You’ve decided to write a novel…now what? Whether or not you intend to do some planning this month before JuNoWriMo kicks off, I’m going to help you start to think about ways to develop characters. It doesn’t matter if you’re a novice or seasoned writer—thinking about characters in new or different ways can energize the development task and get you revved up to bring them to life come June.
For the next four weeks, I’ll guide you through four different approaches to character development. Hopefully one of them will strike a chord with you. I hope too that if you have any questions, you’ll comment on these posts.
This week, I’m going to start off with writing your character’s profile. If you want to write with authorial authority, you need to know as much about your character as possible. I’m going to encourage you not to write backstory.
You’re probably thinking, “What? No backstory? Did my character just hatch out of the ground fully formed?”
Well, maybe—maybe not. That’s really your call. But the main reason I’m going to encourage you to steer clear of backstories is they’re often arbitrarily created when they’re used as a starting point.
The Backstory Dilemma
Say you have a character who is a cop. You decide, based on that career, that the character’s father was a cop, too. Maybe, because when the father was alive, he was always working and never around, your character has issues trusting people.
It’s not terrible. But I think it’s going about things the wrong way. What if, instead, you decided that your character has trouble trusting people first? What if that leads you—when thinking of the father—to his having a second, secret family? Maybe halfway through the story, one of your character’s secret half-siblings commits a crime. Your cop character is blackmailed into making the charges go away in order to keep the secret and avoid embarrassment (for self, for the character’s mother, etc…).
Can you see how the second option—developed from a flaw and not a backstory—created both the backstory and some kind of struggle for the character?
If you start with backstory, you risk developing backwards and missing opportunities for conflict.
What is a character profile, and how do you write one?
Let’s start with what a character profile isn’t. It’s not a listing of your character’s 100 favorites. It’s not a set of prompts to determine what your character looks like. All of that is superficial.
Rather, a character profile is an in-depth examination of what makes your character tick. When I wrote a profile for my protagonist, it came out at ten pages long. To be fair, one of the reasons it was ten pages was that I was doing it as a writing exercise, with the length dictated by my MFA mentor. But the freedom to take up that space allowed me to work out the less tangible qualities of my protagonist.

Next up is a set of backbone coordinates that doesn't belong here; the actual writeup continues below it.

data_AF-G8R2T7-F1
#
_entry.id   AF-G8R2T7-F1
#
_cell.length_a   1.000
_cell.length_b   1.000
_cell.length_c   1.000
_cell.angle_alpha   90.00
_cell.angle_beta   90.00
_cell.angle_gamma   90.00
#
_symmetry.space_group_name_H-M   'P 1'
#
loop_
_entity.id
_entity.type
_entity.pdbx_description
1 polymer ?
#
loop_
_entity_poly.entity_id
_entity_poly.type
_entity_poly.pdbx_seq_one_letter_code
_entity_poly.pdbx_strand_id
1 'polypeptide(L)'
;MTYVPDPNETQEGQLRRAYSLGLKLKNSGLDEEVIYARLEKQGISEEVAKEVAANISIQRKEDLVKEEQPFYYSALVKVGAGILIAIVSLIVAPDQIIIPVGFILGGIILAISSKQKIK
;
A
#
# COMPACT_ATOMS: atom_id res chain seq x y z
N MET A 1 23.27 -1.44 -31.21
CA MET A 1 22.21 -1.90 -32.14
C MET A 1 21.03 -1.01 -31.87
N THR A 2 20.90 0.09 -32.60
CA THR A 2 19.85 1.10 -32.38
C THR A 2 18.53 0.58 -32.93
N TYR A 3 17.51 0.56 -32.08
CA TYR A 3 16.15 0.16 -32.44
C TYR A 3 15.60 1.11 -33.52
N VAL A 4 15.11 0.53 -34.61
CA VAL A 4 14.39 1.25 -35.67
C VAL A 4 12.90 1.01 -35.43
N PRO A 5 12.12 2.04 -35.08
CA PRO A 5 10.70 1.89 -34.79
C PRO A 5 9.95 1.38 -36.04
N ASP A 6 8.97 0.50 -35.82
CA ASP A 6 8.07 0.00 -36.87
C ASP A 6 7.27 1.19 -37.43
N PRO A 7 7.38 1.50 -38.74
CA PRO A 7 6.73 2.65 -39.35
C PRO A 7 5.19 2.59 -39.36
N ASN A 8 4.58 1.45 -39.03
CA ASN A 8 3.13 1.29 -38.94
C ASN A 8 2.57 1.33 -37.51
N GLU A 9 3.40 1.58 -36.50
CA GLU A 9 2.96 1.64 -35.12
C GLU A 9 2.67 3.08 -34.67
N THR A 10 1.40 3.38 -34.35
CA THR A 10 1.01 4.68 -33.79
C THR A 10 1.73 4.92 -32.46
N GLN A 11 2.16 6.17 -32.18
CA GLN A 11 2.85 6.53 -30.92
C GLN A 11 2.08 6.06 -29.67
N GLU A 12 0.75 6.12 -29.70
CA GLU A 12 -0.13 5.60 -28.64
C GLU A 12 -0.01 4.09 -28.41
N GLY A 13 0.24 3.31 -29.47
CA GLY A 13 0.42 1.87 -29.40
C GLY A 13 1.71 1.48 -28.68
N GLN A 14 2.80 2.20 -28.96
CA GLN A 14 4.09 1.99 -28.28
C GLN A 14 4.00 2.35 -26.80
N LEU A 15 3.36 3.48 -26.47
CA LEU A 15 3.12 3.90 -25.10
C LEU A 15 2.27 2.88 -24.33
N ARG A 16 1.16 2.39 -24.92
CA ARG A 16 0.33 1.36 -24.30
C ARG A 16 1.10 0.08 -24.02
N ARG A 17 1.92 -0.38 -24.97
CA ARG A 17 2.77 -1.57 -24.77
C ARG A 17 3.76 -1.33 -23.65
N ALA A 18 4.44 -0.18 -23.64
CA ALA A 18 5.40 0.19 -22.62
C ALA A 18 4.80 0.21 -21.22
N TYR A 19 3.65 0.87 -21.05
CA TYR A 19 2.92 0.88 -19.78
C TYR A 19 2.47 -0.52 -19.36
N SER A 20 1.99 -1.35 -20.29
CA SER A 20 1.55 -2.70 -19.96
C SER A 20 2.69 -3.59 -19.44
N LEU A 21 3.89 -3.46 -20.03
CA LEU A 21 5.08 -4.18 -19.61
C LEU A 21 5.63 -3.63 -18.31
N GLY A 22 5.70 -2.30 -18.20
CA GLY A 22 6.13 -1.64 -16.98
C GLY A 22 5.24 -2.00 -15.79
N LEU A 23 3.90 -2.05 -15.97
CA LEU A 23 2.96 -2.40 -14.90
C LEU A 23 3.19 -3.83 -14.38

Character Profile Sections
For those writers who want a little more guidance, don’t worry; I won’t leave you high and dry. I’m going to break down for you how I approach character profiles, in hopes that it gives you a starting place. You don’t have to hold to it exactly if you don’t want to.
Also, for the sake of not worrying over differences in document formatting, let’s presume that you’re going to write a 3,000-word character profile (that’s 10 pages at about 300 words each). This is how I suggest breaking it down:
- Character’s fears – 500 words
- Character’s goals – 500 words
- Character’s strengths – 500 words
- Character’s weaknesses – 500 words
- How the character will grow by the end of the book – 500 words
- What/who hinders the character and how – 250 words
- What/who helps the character and how – 250 words
Three thousand words in a character profile really isn’t all that much, when you break it down into parts. Take each part one at a time. You don’t have to write them in this order, either. I tend to, but I also believe in letting inspiration guide your energy output.
Using the Character Profile
When June 1 arrives and you’re about to start writing, are you going to take out this 10-page document and comb through it for quick facts? Probably not. That’s why I’m going to suggest just one more step:
After you write a character’s profile, make a list of the basic elements you determined in each section.
For example, if you write 500 words about why your character fears relying on others, his own mortality, and heights, you don’t want to comb through those pages to find those fears. Make a list of them for quick reference.
Do you have to create 10,000-word profiles for every major character in your novel? It’d be really nice to do that, if you have the time. But if not, start with your protagonist. I’ve found, when pressed for time, that just having my main character fleshed out like this can be enough for me to decide how other characters should be developed on the fly.
For example, if my character has trust issues, I know I’m going to put another in my protagonist’s path who either is or seems untrustworthy.
Give it a shot—write a character profile in the next week. Then, come back to try another way to develop your character pre-JuNoWriMo!
Margaret McNellis has been volunteering with JuNoWriMo for years. She holds an MA in English & Creative Writing and is currently pursuing her MFA in Fiction. Her WIP is a historical novel set in the 17th century. Margaret’s short fiction has appeared in Fictitious Magazine, See Spot Run, The Penman Review, The Copperfield Review, and Dual Coast Magazine. To check out some of her fiction and poetry, visit her website. You can also connect with her on Twitter.